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How To Brainstorm Like A Googler

Source | FastCompany : By VERONIQUE LAFARGUE

Here at Google, we don’t have a secret formula for innovation. But that doesn’t mean Googlers’ best ideas are ineffable mysteries. On the contrary, we’ve found they can be systematically coaxed into being and steadily improved upon. And so can yours.


Just about everyone can learn to brainstorm better. After all, it’s a process like any other. And the beauty of a process is that it can be taught, learned, and shared. We’ve distilled our own approach into a set of three basic principles—ideas we believe can be adapted and applied at pretty much any organization, regardless of size or industry.

The way many of us brainstorm often gives the whole experience a bad rap: We typically envision a brainstorming session as an unstructured scene where wild ideas are thrown around in an ad hoc way—where anything goes. But at Google, while we’ve learned that freestyle brainstorming is the basis of innovation, it doesn’t turn into substantive action without some structure.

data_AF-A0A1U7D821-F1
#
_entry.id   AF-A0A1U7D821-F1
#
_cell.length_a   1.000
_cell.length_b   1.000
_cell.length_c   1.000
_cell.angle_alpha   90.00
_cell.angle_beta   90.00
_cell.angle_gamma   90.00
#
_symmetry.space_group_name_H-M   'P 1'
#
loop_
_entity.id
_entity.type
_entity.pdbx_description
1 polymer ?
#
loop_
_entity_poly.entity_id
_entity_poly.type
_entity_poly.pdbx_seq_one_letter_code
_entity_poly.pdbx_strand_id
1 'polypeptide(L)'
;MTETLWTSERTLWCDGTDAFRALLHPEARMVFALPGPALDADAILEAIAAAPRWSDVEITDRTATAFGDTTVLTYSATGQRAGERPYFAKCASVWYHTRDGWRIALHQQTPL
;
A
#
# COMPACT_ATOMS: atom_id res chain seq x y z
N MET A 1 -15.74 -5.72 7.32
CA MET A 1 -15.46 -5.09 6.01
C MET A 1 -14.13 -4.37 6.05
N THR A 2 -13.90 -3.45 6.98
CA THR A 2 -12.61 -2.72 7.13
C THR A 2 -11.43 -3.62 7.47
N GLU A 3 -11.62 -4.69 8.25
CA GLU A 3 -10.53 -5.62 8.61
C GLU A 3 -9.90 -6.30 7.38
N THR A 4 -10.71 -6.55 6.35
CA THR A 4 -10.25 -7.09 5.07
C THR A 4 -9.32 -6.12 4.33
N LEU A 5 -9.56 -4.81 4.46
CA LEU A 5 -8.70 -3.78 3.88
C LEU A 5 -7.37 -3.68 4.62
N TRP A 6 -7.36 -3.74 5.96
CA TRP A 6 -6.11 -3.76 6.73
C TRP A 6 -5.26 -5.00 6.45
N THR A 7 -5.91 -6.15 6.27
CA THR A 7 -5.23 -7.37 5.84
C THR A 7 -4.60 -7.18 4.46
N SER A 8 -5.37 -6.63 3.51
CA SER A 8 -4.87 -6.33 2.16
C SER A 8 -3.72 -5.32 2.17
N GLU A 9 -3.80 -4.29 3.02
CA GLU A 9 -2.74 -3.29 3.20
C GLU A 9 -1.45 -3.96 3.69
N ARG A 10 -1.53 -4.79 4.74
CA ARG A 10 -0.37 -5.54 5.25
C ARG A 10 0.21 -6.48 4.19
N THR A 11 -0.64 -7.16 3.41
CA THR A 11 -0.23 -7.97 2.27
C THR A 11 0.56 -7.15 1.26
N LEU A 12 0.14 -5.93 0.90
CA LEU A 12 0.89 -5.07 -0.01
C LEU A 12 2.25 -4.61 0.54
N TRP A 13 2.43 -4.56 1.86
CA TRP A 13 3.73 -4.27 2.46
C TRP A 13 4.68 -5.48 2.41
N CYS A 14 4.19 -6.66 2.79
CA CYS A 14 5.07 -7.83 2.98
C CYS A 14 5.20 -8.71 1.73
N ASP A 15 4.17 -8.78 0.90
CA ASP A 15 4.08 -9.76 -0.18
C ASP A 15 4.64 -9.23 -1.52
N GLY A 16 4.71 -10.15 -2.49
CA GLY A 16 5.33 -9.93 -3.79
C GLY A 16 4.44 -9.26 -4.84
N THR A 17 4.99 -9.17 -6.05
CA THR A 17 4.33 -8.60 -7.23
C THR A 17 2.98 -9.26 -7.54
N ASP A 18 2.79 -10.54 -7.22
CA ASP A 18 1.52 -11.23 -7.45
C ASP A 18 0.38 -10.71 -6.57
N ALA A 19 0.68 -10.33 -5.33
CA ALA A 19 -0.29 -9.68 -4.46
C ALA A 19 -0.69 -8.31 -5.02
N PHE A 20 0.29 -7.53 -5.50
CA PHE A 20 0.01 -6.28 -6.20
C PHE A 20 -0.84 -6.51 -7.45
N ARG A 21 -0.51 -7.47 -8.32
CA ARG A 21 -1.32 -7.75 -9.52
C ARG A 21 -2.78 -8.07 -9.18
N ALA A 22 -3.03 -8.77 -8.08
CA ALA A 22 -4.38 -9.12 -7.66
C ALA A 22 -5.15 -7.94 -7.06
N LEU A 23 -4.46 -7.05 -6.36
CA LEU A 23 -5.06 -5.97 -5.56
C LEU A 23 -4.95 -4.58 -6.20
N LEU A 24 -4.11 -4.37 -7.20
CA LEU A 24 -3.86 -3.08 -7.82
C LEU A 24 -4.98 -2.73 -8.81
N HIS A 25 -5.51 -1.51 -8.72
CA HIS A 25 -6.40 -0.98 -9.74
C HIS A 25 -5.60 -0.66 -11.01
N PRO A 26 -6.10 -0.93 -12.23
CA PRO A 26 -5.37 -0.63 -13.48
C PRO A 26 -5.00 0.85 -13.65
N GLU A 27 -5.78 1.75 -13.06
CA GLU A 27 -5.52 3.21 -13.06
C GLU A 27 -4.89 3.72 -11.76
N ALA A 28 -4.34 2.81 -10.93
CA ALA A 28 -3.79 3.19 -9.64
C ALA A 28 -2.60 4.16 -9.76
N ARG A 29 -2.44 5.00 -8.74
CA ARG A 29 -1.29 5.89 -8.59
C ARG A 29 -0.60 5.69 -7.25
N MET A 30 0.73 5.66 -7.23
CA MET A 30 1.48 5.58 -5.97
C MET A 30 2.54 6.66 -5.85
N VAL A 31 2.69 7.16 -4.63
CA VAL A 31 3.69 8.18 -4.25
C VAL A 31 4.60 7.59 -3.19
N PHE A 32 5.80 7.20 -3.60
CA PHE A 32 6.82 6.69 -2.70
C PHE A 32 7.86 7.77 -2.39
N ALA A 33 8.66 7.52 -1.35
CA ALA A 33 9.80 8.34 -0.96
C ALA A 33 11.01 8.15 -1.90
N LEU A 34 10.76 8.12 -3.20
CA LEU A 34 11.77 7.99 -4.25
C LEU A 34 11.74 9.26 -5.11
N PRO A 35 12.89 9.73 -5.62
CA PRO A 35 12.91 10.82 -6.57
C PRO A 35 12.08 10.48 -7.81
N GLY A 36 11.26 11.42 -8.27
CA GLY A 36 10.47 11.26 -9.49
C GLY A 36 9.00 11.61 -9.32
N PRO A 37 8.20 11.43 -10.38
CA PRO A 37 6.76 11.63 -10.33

That’s why we’ve created a linear process for brainstorming new ideas and turning them into actual products:

  1. Know the user
  2. Think 10x
  3. Prototype

If that looks simple, it is—but you have to execute each step the right way.


To solve a big question, you first have to focus on the user you’re solving it for—then everything else will follow. So we go out in the field and talk to people. We collect users’ stories, emotions, and ideas. We learn to get comfortable with silence. We watch, listen, and empathize. You can’t just understand your users’ needs—you need to actually relate to them.

For example, I recently visited our customers in Canada, Brazil, and India. By observing and talking with them, I realized that what we generically call “mobility” means very different things depending on where you are. In Canada, mobility means instant collaboration from your desk, the coffee shop, or your kitchen table. In Brazil, where users spend a lot of time in commute, a great interface and voice control underpin the concept of mobility. In India, where connectivity may be a challenge in some areas, a critical aspect of mobility is working offline.

Obviously, there’s no way we could’ve learned that without making the effort to find it out. And that’s something many brainstorming sessions get wrong right off the bat—they get everyone but the user into a room together to start throwing ideas around. But that’s actually Step 2, not Step 1.

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